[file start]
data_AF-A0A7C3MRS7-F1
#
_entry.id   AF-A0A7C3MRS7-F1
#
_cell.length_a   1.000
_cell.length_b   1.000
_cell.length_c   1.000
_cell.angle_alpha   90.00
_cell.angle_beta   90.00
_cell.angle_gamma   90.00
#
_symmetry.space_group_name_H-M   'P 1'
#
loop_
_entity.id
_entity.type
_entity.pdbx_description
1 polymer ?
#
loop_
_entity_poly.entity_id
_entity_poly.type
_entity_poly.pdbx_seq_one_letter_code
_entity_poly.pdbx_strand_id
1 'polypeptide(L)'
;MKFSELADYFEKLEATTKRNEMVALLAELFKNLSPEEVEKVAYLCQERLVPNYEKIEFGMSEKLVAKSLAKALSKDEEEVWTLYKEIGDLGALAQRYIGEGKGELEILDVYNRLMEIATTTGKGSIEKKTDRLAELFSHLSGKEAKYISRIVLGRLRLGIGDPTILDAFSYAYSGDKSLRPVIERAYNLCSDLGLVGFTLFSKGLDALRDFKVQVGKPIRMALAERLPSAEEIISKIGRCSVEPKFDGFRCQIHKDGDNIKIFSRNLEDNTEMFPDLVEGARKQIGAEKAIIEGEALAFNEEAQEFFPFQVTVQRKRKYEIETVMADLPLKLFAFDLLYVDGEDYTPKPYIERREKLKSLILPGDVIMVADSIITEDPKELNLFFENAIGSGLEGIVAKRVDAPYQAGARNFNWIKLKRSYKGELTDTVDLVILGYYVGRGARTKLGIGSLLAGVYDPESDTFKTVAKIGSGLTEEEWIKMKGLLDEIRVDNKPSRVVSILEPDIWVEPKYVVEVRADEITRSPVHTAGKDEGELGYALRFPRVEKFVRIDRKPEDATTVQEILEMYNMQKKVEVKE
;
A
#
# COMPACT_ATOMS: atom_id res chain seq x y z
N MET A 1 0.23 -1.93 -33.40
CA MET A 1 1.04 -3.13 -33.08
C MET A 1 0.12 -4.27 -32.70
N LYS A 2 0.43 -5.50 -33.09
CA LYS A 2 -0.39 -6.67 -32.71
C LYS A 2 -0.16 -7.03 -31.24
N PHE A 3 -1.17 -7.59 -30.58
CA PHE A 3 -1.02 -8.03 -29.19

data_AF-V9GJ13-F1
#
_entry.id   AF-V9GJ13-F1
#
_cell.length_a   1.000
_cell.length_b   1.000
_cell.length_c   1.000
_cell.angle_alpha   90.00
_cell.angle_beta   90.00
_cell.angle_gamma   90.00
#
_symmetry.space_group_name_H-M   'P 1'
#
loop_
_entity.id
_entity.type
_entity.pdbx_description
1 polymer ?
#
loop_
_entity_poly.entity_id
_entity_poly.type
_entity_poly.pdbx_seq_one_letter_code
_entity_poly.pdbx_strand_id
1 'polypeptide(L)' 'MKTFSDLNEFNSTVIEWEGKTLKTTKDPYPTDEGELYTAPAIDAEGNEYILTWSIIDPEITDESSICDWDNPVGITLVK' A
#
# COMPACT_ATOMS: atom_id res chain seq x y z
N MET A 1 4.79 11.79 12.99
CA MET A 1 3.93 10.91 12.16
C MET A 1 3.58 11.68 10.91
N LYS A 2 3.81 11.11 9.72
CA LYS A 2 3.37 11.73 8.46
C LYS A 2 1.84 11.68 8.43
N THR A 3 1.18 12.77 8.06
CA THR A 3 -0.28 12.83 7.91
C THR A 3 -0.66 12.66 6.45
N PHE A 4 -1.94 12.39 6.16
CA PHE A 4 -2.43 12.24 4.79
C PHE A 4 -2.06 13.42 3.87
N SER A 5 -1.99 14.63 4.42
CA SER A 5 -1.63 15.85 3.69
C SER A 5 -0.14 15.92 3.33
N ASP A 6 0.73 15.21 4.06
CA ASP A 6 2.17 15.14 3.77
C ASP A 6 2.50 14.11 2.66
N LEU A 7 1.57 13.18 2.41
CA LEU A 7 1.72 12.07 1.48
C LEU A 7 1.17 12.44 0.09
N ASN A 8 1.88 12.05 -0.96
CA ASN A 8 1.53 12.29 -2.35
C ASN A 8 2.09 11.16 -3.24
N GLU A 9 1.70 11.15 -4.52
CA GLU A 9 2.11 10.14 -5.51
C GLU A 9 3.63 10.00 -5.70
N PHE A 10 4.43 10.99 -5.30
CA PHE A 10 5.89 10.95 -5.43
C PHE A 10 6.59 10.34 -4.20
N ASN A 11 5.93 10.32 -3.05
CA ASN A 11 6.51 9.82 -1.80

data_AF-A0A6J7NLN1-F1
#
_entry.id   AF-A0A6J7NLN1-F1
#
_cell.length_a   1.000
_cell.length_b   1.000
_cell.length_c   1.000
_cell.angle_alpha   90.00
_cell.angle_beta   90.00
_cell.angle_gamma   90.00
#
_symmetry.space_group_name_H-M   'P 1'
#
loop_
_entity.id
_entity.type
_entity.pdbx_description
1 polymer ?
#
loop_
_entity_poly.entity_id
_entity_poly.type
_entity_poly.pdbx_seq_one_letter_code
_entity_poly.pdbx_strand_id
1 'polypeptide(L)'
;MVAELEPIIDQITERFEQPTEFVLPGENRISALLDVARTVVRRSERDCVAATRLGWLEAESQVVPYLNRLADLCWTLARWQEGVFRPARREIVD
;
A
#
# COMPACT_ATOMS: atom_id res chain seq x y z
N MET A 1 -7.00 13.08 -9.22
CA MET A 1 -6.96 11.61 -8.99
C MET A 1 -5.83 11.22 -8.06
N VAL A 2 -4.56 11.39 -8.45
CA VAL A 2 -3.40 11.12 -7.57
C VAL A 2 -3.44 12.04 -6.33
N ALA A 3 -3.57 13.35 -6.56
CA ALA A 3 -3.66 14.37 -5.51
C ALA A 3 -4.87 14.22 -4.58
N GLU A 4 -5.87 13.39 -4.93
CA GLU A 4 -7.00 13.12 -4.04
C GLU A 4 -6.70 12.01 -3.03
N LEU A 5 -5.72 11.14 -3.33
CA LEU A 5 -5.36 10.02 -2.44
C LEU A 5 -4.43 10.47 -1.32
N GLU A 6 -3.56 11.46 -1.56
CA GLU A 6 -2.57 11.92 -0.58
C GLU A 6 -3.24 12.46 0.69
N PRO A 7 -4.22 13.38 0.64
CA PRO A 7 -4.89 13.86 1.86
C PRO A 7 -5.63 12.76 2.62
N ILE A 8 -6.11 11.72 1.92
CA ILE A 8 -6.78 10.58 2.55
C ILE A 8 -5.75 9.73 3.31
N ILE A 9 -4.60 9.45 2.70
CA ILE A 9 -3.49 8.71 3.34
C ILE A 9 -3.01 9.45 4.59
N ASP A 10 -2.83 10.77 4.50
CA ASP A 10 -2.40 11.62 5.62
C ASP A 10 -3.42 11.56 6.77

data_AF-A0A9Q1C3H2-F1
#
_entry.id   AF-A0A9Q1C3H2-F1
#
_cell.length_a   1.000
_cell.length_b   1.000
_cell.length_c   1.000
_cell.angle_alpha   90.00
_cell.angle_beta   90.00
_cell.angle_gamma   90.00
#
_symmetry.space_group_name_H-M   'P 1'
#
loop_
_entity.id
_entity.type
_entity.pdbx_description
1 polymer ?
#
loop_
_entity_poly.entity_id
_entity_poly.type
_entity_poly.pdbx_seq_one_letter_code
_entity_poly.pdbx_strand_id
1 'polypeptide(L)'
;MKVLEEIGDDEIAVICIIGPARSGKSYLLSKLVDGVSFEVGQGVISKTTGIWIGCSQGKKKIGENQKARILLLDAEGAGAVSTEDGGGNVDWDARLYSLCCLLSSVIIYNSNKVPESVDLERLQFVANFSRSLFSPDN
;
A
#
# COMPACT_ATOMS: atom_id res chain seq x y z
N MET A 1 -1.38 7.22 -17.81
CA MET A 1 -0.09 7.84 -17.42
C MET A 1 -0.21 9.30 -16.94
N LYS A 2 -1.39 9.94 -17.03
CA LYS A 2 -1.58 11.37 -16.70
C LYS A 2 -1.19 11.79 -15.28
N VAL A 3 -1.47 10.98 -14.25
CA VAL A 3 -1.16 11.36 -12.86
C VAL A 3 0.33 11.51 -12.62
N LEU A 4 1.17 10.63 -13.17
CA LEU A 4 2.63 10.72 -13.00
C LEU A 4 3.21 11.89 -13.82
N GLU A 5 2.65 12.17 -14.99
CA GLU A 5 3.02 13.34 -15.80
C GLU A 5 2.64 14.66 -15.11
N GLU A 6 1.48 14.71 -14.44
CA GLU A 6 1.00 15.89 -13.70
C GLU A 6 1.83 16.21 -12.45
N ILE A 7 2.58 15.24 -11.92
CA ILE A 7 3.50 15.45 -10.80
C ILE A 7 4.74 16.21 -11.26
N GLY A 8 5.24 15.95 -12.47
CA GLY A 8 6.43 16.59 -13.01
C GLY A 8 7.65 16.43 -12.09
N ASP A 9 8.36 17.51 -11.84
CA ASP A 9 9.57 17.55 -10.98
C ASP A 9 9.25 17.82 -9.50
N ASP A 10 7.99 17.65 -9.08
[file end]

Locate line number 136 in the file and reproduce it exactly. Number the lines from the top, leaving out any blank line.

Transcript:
C ALA A 3 -4.87 14.22 -4.58